TAMPA — About five months into the job, Hillsborough County affordable housing officer Howie Carroll sought a federal assessment of the way his office administered grant money.
Ironically, that assessment led to the county losing $2-million in federal affordable housing grant money, leaving Carroll, and possibly County Administrator Pat Bean, in hot water.
The so-called wellness review completed in June showed Hillsborough had not won final federal approval of the way it intended to spend the money. By the time Carroll's office tried to rectify the matter, a critical deadline passed.
That was the account given by Karen Jackson Sims, field office director for the U.S. Department of Housing and Urban Development, to county commissioners Thursday.
The HUD official credited Carroll and the county for seeking the review, and said the office is trying to better understand federal rules. She described the county's affordable housing office as facing challenges on that front for years.
"We're saying they did not understand some of the technicalities of that particular program," she said. "They're implementing the changes we're recommending."
The lost $2-million has propelled heated questions in recent weeks from county commissioners, angered by the loss during particularly tough economic times. Thursday's HUD presentation seemed to calm some of their anger.
"I think our frustration has overflowed," said Commissioner Rose Ferlita.
Earlier this week, Bean took over direct oversight of the office to get a better handle on what was going wrong in the face of commission questions.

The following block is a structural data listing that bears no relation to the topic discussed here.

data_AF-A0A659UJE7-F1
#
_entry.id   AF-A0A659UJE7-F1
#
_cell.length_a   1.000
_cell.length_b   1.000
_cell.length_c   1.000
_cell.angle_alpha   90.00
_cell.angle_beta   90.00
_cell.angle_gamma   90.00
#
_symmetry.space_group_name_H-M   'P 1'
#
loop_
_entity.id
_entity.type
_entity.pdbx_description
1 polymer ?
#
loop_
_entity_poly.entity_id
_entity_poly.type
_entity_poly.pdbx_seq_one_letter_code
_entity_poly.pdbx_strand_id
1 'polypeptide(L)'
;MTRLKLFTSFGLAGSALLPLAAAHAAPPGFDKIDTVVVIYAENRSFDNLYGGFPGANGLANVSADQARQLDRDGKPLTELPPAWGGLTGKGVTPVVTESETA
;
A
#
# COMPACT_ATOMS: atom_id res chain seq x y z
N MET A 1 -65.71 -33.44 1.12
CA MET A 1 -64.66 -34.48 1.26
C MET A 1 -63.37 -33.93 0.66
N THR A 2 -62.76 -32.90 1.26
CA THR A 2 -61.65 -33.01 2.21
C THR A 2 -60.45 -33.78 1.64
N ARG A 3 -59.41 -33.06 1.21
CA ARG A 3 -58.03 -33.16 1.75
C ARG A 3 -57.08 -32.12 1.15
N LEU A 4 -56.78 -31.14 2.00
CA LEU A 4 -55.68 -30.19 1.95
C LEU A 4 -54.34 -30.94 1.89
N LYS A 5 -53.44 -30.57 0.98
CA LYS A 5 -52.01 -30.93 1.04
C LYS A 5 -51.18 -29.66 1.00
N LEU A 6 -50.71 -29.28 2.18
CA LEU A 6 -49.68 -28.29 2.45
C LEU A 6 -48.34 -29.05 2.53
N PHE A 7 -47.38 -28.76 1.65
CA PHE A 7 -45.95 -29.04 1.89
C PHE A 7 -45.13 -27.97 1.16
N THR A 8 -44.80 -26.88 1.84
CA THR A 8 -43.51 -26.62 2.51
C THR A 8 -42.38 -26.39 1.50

Still, some commissioners took messages from the presentation that continue to give them pause. Commissioner Kevin White said it showed there have been problems with the office that have been in place for years.
Sims acknowledged after the meeting that the $2-million loss was the largest for any local government she has experienced in her 12-county West Central Florida jurisdiction.
Some former employees of the office, meanwhile, who have been raising concerns to commissioners, said they sought a wellness review as far back as three years ago, but were thwarted by the department's former leadership.
"He's taking all the credit for what prior staff did," said Maggie Tagliarini said of Carroll. She was a supervisor in the office before she left last year.
Sims said Hillsborough County may still be able to hold on to an additional $800,000 it is in danger of losing. In that case, the money was earmarked for an apartment complex rehab project that failed to provide enough affordable housing units in exchange for grant money. The money may be able to get redirected.